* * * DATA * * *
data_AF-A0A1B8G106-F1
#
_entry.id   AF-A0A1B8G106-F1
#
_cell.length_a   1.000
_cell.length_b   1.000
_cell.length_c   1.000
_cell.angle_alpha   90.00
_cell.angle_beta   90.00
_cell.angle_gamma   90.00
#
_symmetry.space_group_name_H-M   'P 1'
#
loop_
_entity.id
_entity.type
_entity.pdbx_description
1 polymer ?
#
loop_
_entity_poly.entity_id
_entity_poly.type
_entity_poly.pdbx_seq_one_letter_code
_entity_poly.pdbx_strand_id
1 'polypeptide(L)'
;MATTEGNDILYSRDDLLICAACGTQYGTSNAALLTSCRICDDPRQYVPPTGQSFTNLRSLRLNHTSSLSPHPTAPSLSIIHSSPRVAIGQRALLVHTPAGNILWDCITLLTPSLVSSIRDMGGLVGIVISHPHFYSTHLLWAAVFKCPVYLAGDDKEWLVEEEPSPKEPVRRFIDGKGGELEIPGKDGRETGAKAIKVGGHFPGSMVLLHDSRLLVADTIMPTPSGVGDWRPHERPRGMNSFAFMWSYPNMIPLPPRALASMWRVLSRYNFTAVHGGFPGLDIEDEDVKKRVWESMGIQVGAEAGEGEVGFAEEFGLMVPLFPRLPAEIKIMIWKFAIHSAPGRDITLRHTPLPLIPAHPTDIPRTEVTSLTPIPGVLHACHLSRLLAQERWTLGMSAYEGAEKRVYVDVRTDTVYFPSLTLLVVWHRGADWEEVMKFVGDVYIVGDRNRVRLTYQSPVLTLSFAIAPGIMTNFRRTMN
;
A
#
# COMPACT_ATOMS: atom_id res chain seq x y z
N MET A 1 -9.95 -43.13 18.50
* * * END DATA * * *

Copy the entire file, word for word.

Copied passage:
data_AF-A0A1B8G106-F1
#
_entry.id   AF-A0A1B8G106-F1
#
_cell.length_a   1.000
_cell.length_b   1.000
_cell.length_c   1.000
_cell.angle_alpha   90.00
_cell.angle_beta   90.00
_cell.angle_gamma   90.00
#
_symmetry.space_group_name_H-M   'P 1'
#
loop_
_entity.id
_entity.type
_entity.pdbx_description
1 polymer ?
#
loop_
_entity_poly.entity_id
_entity_poly.type
_entity_poly.pdbx_seq_one_letter_code
_entity_poly.pdbx_strand_id
1 'polypeptide(L)'
;MATTEGNDILYSRDDLLICAACGTQYGTSNAALLTSCRICDDPRQYVPPTGQSFTNLRSLRLNHTSSLSPHPTAPSLSIIHSSPRVAIGQRALLVHTPAGNILWDCITLLTPSLVSSIRDMGGLVGIVISHPHFYSTHLLWAAVFKCPVYLAGDDKEWLVEEEPSPKEPVRRFIDGKGGELEIPGKDGRETGAKAIKVGGHFPGSMVLLHDSRLLVADTIMPTPSGVGDWRPHERPRGMNSFAFMWSYPNMIPLPPRALASMWRVLSRYNFTAVHGGFPGLDIEDEDVKKRVWESMGIQVGAEAGEGEVGFAEEFGLMVPLFPRLPAEIKIMIWKFAIHSAPGRDITLRHTPLPLIPAHPTDIPRTEVTSLTPIPGVLHACHLSRLLAQERWTLGMSAYEGAEKRVYVDVRTDTVYFPSLTLLVVWHRGADWEEVMKFVGDVYIVGDRNRVRLTYQSPVLTLSFAIAPGIMTNFRRTMN
;
A
#
# COMPACT_ATOMS: atom_id res chain seq x y z
N MET A 1 -9.95 -43.13 18.50